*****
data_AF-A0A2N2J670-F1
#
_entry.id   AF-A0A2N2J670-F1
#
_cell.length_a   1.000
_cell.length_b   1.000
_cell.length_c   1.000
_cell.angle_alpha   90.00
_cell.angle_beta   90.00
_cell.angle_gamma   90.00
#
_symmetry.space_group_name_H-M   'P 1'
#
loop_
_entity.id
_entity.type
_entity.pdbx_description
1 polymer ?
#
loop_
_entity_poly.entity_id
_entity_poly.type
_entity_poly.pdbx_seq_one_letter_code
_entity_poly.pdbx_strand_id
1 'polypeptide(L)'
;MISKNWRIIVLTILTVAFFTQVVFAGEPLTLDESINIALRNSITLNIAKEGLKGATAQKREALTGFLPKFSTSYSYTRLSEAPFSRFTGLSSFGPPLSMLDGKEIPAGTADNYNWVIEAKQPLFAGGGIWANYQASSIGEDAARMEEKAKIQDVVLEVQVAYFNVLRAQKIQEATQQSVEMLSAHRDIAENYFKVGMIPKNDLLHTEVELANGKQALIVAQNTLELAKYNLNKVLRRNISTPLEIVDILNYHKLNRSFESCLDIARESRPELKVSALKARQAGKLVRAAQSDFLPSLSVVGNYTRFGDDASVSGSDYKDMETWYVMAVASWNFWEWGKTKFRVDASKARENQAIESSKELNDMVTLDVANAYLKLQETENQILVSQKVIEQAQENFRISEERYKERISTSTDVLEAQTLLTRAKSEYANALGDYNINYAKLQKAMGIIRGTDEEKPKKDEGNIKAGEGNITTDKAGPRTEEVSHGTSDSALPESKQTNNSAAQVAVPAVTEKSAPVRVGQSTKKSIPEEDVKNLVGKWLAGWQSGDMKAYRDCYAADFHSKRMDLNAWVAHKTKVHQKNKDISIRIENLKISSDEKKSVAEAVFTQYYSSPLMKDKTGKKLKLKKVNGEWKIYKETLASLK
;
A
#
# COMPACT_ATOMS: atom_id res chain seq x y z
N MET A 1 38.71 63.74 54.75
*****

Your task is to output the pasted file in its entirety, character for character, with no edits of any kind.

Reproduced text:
data_AF-A0A2N2J670-F1
#
_entry.id   AF-A0A2N2J670-F1
#
_cell.length_a   1.000
_cell.length_b   1.000
_cell.length_c   1.000
_cell.angle_alpha   90.00
_cell.angle_beta   90.00
_cell.angle_gamma   90.00
#
_symmetry.space_group_name_H-M   'P 1'
#
loop_
_entity.id
_entity.type
_entity.pdbx_description
1 polymer ?
#
loop_
_entity_poly.entity_id
_entity_poly.type
_entity_poly.pdbx_seq_one_letter_code
_entity_poly.pdbx_strand_id
1 'polypeptide(L)'
;MISKNWRIIVLTILTVAFFTQVVFAGEPLTLDESINIALRNSITLNIAKEGLKGATAQKREALTGFLPKFSTSYSYTRLSEAPFSRFTGLSSFGPPLSMLDGKEIPAGTADNYNWVIEAKQPLFAGGGIWANYQASSIGEDAARMEEKAKIQDVVLEVQVAYFNVLRAQKIQEATQQSVEMLSAHRDIAENYFKVGMIPKNDLLHTEVELANGKQALIVAQNTLELAKYNLNKVLRRNISTPLEIVDILNYHKLNRSFESCLDIARESRPELKVSALKARQAGKLVRAAQSDFLPSLSVVGNYTRFGDDASVSGSDYKDMETWYVMAVASWNFWEWGKTKFRVDASKARENQAIESSKELNDMVTLDVANAYLKLQETENQILVSQKVIEQAQENFRISEERYKERISTSTDVLEAQTLLTRAKSEYANALGDYNINYAKLQKAMGIIRGTDEEKPKKDEGNIKAGEGNITTDKAGPRTEEVSHGTSDSALPESKQTNNSAAQVAVPAVTEKSAPVRVGQSTKKSIPEEDVKNLVGKWLAGWQSGDMKAYRDCYAADFHSKRMDLNAWVAHKTKVHQKNKDISIRIENLKISSDEKKSVAEAVFTQYYSSPLMKDKTGKKLKLKKVNGEWKIYKETLASLK
;
A
#
# COMPACT_ATOMS: atom_id res chain seq x y z
N MET A 1 38.71 63.74 54.75